BC needs modernization
Business continuity needs to embrace modern tools and techniques to remain relevant. We are in an era of cost-containment and ongoing organizational change. However, BC would benefit from the use of enhanced platforms and intelligent automation. Continuity teams are typically understaffed. Leveraging good tools with forward-thinking developers can significantly decrease shadow work and increase program effectiveness.

Regardless of power outage concerns, paper plans are as outdated as VHS tapes. Instead, practitioners would benefit from embracing modern business solutions. We should align with our company culture. Doing this helps us resonate with business leaders by displaying content that is meaningful to them. If you follow my blog posts, you know that I shared Why Dashboard Are Better Than BCPs to articulate this point. Just like other business units, we have to advance our methodologies and kept them relevant. Todays’ BC platforms provide mobile-accessible dashboard views from anywhere.

The continuity continuum
We recognize the end of business continuity as we know it because it needs to happen. I suspect the most significant push-back to these ideas will come from among ourselves. Change is always tricky, and it is human nature to become complacent. To argue the plans are needed because regulators demand them is no argument. Every business person I talked to over the last year applauded these ideas. Supervisory authorities are signaling their interest in proof of execution rather than concept. We need to prove our planning works. The rise of operational resilience is evidence of it.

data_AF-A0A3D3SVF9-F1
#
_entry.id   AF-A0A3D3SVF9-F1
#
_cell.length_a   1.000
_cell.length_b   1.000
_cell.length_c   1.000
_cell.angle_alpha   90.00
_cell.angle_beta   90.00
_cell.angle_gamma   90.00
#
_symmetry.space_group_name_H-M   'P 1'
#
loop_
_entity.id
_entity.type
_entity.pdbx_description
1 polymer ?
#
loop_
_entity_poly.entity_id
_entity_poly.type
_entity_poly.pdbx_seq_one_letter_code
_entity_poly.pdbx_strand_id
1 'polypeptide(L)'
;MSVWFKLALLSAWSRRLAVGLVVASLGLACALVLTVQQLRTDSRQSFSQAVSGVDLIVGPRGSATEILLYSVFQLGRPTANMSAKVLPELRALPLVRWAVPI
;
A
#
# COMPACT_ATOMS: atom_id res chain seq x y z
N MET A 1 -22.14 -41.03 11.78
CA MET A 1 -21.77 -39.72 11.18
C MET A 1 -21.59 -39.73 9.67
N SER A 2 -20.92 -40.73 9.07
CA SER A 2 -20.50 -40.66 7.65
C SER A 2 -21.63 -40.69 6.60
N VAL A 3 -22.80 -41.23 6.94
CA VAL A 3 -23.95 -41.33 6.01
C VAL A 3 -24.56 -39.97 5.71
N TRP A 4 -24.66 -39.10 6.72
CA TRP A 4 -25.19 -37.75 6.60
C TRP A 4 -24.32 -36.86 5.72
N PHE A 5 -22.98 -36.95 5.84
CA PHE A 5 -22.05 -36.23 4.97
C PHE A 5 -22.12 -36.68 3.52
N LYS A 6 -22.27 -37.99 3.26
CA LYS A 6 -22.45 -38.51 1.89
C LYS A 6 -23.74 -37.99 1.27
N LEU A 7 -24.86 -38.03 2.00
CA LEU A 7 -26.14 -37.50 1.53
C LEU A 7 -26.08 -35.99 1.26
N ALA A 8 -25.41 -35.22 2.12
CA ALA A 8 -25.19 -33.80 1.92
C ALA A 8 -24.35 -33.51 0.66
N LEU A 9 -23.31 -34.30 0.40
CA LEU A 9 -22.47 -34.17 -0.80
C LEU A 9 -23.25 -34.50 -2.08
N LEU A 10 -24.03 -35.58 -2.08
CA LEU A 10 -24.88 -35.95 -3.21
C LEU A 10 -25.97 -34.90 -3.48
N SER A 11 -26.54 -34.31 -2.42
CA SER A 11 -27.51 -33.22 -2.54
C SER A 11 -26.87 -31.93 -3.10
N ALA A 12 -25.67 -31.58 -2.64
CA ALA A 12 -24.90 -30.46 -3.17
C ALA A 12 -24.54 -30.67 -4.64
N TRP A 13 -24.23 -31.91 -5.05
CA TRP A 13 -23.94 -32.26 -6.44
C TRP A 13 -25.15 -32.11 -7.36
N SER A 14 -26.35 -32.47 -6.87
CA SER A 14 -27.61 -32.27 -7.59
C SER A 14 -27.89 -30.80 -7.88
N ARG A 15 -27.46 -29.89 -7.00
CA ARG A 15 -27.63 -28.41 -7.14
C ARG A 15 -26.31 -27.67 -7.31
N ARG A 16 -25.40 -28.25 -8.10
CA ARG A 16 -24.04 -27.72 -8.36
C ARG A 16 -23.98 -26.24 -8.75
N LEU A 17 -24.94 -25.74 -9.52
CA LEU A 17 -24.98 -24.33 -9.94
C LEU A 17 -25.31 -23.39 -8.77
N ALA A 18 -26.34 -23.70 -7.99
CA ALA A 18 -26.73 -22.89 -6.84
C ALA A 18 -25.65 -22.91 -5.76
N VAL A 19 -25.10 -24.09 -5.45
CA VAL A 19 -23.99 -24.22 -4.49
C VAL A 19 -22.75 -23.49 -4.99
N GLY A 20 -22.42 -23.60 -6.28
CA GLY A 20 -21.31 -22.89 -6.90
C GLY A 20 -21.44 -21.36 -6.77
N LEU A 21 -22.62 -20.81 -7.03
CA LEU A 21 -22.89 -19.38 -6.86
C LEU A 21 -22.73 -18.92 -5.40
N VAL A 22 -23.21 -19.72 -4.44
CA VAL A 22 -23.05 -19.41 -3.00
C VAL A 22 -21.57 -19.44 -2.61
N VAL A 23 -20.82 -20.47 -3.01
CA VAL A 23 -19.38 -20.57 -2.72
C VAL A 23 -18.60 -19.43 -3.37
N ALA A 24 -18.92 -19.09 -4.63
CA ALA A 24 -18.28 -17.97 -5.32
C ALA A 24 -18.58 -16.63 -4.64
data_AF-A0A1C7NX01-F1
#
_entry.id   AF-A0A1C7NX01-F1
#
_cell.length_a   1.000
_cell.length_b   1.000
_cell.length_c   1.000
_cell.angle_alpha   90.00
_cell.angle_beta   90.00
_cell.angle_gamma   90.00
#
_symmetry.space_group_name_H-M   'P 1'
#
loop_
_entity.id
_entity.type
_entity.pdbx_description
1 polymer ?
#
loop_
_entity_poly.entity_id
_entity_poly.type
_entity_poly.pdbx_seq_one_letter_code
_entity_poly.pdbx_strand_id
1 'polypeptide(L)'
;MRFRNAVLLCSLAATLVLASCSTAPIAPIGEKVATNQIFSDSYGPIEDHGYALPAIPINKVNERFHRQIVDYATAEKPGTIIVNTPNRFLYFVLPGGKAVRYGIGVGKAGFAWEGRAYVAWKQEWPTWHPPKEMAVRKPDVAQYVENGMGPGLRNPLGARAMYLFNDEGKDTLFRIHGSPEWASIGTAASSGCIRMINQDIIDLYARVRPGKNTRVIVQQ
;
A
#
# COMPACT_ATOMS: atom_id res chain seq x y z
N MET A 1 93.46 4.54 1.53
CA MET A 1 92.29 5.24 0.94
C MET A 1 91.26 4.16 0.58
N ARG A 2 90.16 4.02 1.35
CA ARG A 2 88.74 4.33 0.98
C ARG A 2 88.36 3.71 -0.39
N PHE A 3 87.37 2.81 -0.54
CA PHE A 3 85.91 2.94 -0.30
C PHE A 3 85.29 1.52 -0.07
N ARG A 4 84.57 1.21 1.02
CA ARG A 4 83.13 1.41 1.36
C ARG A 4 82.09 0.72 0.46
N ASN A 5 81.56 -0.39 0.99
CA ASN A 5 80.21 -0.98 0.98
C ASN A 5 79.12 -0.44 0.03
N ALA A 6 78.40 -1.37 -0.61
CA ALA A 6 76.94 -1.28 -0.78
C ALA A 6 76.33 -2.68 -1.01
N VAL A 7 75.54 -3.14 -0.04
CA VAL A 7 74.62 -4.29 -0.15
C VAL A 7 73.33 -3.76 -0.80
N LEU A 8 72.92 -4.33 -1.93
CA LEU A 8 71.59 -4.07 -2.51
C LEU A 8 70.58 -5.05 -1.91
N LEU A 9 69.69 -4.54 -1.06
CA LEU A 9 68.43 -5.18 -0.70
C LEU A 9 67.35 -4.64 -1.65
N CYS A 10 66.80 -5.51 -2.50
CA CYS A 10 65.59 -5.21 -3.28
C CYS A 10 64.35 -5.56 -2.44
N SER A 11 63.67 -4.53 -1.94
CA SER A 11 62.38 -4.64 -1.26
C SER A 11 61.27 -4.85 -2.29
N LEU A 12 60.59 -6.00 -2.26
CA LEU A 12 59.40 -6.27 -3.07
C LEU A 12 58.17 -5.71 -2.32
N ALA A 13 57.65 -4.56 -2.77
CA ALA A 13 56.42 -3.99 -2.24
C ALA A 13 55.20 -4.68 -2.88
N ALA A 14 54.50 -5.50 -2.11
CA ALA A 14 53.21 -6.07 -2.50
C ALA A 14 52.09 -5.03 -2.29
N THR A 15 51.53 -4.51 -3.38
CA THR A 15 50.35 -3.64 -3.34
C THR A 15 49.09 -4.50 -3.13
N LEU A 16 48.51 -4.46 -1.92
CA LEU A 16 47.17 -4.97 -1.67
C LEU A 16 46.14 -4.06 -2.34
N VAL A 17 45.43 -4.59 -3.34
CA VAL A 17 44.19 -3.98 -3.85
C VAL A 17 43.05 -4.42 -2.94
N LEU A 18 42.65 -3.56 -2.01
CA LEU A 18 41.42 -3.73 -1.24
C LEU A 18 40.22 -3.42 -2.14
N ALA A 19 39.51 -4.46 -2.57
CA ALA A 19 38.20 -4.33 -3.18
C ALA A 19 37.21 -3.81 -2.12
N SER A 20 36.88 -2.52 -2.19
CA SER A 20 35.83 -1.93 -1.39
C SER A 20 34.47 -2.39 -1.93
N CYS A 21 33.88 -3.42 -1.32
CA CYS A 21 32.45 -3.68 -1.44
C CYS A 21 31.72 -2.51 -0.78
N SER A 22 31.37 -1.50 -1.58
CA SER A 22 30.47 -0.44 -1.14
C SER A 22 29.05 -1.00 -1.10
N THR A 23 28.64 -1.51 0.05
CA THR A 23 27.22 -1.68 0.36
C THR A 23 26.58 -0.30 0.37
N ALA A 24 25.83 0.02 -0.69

As much as business continuity works to identify dependencies across an organization, operational resilience demands to test that service continuum. Continuity’s singular focus on the recovery of individual functions is only one piece of the puzzle. Instead, we need to adopt a genuine organizational resilience approach that strives to enable an organization to continue its core mission regardless of an interruption. The most remarkable improvement during COVID was business units actively wanting to align cross-functionally. They recognized the need to be in sync, and we need to incorporate this mindset into our future practice.

This article originally appeared on Disaster Empire and is reprinted with permission here.

About the Author: Ashley Goosman has worked many high-profile crisis incidents ranging from pandemics, floods, earthquakes, hurricanes, severe snow/ice storms, tornados, and terrorist incidents. She was a member of the Massachusetts Operation Helping Hand advance team at the Mass Military Reservation for Hurricane Katrina response to support New Orleans residents air-lifted by FEMA. She served as an adjunct Senior Instructor for healthcare administrators, teaching a grad-level course on Terrorism and Disasters for seven years. Currently, she maintains the blog to give back and a source for disaster resilience knowledge and analysis. In her current role she is as a Business Continuity and Crisis Management manager for Liberty Mutual Insurance, helping employees Enterprise-wide respond to and prepare for business interruptions.

Continuity Insights